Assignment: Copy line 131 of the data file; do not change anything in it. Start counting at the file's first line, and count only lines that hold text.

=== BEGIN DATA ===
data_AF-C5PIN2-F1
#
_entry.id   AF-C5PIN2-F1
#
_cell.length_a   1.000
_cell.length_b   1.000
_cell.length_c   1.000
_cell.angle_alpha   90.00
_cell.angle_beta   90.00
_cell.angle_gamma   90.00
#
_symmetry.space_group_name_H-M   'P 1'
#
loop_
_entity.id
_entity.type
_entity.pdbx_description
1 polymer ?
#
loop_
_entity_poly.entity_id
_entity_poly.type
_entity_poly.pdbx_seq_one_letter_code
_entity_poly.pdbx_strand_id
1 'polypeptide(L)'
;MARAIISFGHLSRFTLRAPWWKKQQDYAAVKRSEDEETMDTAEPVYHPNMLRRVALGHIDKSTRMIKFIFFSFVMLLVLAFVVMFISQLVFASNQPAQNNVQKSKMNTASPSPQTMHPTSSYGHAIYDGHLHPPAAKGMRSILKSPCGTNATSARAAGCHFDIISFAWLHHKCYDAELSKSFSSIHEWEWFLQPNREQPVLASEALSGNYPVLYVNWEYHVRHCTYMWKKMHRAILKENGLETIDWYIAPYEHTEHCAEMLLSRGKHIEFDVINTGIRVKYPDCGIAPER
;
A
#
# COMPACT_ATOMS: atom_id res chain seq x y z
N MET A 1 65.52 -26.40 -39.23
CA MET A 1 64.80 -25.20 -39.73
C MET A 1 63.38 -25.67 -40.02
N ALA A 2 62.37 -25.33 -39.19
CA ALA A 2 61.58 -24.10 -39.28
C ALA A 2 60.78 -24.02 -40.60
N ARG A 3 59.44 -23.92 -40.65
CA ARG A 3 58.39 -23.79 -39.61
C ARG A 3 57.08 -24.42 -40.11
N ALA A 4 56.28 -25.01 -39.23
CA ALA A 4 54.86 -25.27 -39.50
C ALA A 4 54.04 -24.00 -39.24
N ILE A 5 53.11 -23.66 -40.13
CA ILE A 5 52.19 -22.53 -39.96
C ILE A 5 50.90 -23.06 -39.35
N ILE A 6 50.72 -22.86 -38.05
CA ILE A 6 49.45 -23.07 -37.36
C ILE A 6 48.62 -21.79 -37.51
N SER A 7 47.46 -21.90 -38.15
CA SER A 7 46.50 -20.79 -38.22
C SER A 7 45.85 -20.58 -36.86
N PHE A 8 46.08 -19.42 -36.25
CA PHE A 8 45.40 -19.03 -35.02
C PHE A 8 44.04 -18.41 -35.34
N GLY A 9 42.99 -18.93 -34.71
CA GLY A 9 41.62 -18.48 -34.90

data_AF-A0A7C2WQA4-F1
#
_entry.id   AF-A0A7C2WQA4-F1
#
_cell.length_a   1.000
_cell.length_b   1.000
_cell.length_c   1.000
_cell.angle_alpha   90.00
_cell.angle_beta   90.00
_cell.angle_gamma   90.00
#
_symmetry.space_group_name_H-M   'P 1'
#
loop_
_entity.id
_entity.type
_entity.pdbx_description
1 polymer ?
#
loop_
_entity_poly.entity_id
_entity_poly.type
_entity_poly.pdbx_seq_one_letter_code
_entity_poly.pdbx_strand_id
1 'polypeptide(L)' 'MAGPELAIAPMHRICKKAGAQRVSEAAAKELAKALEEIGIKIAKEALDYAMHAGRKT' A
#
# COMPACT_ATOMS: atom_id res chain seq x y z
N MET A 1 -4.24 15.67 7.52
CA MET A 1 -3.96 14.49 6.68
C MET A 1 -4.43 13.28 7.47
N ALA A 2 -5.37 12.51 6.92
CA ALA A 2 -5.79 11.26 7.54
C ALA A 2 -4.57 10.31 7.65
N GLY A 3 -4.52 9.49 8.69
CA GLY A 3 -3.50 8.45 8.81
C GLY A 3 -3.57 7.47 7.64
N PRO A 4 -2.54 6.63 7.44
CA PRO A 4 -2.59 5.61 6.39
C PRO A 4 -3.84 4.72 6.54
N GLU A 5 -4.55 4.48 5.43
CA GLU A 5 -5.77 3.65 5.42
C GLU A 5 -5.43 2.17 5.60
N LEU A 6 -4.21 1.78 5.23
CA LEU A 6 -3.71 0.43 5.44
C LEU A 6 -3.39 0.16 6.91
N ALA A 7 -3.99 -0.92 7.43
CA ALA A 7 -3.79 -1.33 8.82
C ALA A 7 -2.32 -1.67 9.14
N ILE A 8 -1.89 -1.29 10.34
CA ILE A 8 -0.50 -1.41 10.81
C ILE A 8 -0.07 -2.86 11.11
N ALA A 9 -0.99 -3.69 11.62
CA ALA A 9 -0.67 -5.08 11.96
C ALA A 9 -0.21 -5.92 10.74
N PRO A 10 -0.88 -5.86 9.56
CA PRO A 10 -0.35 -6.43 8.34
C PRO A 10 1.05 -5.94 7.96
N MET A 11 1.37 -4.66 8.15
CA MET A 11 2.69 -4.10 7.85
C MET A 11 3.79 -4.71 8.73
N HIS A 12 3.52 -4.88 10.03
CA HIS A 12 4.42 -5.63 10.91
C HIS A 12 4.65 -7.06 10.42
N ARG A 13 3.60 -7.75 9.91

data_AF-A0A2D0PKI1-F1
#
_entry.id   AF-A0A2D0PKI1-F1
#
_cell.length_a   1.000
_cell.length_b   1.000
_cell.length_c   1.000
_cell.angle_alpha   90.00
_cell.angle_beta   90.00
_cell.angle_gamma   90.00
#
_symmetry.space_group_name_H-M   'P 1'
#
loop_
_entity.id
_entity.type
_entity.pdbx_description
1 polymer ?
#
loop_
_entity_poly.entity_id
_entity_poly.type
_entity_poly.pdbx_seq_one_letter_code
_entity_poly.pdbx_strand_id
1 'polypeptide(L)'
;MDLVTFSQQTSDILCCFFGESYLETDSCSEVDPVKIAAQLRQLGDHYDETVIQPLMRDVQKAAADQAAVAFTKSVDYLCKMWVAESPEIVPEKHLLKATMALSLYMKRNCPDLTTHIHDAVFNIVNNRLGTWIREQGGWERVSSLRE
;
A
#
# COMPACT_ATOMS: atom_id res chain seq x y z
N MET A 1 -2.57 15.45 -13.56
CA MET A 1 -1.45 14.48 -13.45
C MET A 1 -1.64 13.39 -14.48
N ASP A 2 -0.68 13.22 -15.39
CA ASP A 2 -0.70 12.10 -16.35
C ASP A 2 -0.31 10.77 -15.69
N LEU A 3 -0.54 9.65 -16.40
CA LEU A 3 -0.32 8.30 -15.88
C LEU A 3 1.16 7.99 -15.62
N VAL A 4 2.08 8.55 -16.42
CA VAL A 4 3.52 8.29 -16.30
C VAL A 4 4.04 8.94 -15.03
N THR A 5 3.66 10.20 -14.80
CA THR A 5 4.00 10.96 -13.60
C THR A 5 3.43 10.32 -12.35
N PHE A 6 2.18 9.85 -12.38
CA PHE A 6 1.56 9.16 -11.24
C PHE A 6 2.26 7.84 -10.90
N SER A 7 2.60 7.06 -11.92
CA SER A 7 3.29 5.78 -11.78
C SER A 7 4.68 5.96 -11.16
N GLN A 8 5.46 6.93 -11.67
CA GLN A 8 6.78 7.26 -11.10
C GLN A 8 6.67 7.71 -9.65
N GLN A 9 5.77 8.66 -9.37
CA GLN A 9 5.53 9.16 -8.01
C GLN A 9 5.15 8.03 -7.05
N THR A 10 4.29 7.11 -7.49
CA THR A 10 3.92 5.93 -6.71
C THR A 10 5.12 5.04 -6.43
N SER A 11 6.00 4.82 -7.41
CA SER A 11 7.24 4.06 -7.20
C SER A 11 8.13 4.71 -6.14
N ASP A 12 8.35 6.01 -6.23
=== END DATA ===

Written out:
#